Publications by authors named "Graham MacLeod"

14 Publications

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Single-cell chromatin accessibility profiling of glioblastoma identifies an invasive cancer stem cell population associated with lower survival.

Elife 2021 Jan 11;10. Epub 2021 Jan 11.

Princess Margaret Cancer Centre, University Health Network, Toronto, Canada.

Chromatin accessibility discriminates stem from mature cell populations, enabling the identification of primitive stem-like cells in primary tumors, such as glioblastoma (GBM) where self-renewing cells driving cancer progression and recurrence are prime targets for therapeutic intervention. We show, using single-cell chromatin accessibility, that primary human GBMs harbor a heterogeneous self-renewing population whose diversity is captured in patient-derived glioblastoma stem cells (GSCs). In-depth characterization of chromatin accessibility in GSCs identifies three GSC states: Reactive, Constructive, and Invasive, each governed by uniquely essential transcription factors and present within GBMs in varying proportions. Orthotopic xenografts reveal that GSC states associate with survival, and identify an invasive GSC signature predictive of low patient survival, in line with the higher invasive properties of Invasive state GSCs compared to Reactive and Constructive GSCs as shown by in vitro and in vivo assays. Our chromatin-driven characterization of GSC states improves prognostic precision and identifies dependencies to guide combination therapies.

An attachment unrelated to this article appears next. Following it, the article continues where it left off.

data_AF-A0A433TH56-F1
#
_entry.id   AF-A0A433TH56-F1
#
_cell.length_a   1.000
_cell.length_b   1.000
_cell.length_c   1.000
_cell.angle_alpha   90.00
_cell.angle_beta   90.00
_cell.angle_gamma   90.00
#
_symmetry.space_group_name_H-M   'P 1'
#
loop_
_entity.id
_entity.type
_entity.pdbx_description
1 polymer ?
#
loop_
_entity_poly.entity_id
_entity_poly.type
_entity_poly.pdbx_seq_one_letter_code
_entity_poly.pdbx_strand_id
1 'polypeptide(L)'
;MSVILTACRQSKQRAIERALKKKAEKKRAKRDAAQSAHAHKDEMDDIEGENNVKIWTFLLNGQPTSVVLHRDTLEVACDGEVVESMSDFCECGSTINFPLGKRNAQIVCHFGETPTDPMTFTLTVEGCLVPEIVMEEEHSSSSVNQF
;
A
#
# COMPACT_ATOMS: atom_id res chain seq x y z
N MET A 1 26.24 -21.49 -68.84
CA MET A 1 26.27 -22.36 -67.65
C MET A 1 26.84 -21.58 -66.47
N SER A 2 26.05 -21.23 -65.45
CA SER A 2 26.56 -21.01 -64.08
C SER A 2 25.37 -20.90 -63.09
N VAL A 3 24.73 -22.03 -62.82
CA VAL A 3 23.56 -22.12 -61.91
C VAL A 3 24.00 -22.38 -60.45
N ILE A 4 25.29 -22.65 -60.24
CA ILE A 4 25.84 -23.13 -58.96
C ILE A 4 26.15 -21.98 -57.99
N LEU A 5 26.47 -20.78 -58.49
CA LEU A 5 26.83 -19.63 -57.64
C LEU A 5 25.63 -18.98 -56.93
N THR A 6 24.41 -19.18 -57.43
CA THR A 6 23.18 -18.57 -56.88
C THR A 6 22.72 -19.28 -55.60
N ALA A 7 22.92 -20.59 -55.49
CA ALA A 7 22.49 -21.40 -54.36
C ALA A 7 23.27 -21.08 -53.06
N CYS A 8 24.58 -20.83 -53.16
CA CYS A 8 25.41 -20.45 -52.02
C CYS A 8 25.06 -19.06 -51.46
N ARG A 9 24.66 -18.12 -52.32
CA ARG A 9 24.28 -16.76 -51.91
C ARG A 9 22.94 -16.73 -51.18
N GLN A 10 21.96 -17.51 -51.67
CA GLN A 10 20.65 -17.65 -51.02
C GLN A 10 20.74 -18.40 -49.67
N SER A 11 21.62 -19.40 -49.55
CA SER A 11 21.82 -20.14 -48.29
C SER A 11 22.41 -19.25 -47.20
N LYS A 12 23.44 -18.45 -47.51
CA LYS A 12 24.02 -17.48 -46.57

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http://dx.doi.org/10.7554/eLife.64090DOI Listing
http://www.ncbi.nlm.nih.gov/pmc/articles/PMC7847307PMC
January 2021

Copper bioavailability is a KRAS-specific vulnerability in colorectal cancer.

Nat Commun 2020 07 24;11(1):3701. Epub 2020 Jul 24.

Institute for Research in Immunology and Cancer (IRIC), Université de Montréal, Montreal, 2950, Chemin de la Polytechnique, Montréal, QC, H3T 1J4, Canada.

Despite its importance in human cancers, including colorectal cancers (CRC), oncogenic KRAS has been extremely challenging to target therapeutically. To identify potential vulnerabilities in KRAS-mutated CRC, we characterize the impact of oncogenic KRAS on the cell surface of intestinal epithelial cells. Here we show that oncogenic KRAS alters the expression of a myriad of cell-surface proteins implicated in diverse biological functions, and identify many potential surface-accessible therapeutic targets. Cell surface-based loss-of-function screens reveal that ATP7A, a copper-exporter upregulated by mutant KRAS, is essential for neoplastic growth. ATP7A is upregulated at the surface of KRAS-mutated CRC, and protects cells from excess copper-ion toxicity. We find that KRAS-mutated cells acquire copper via a non-canonical mechanism involving macropinocytosis, which appears to be required to support their growth. Together, these results indicate that copper bioavailability is a KRAS-selective vulnerability that could be exploited for the treatment of KRAS-mutated neoplasms.
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http://dx.doi.org/10.1038/s41467-020-17549-yDOI Listing
http://www.ncbi.nlm.nih.gov/pmc/articles/PMC7381612PMC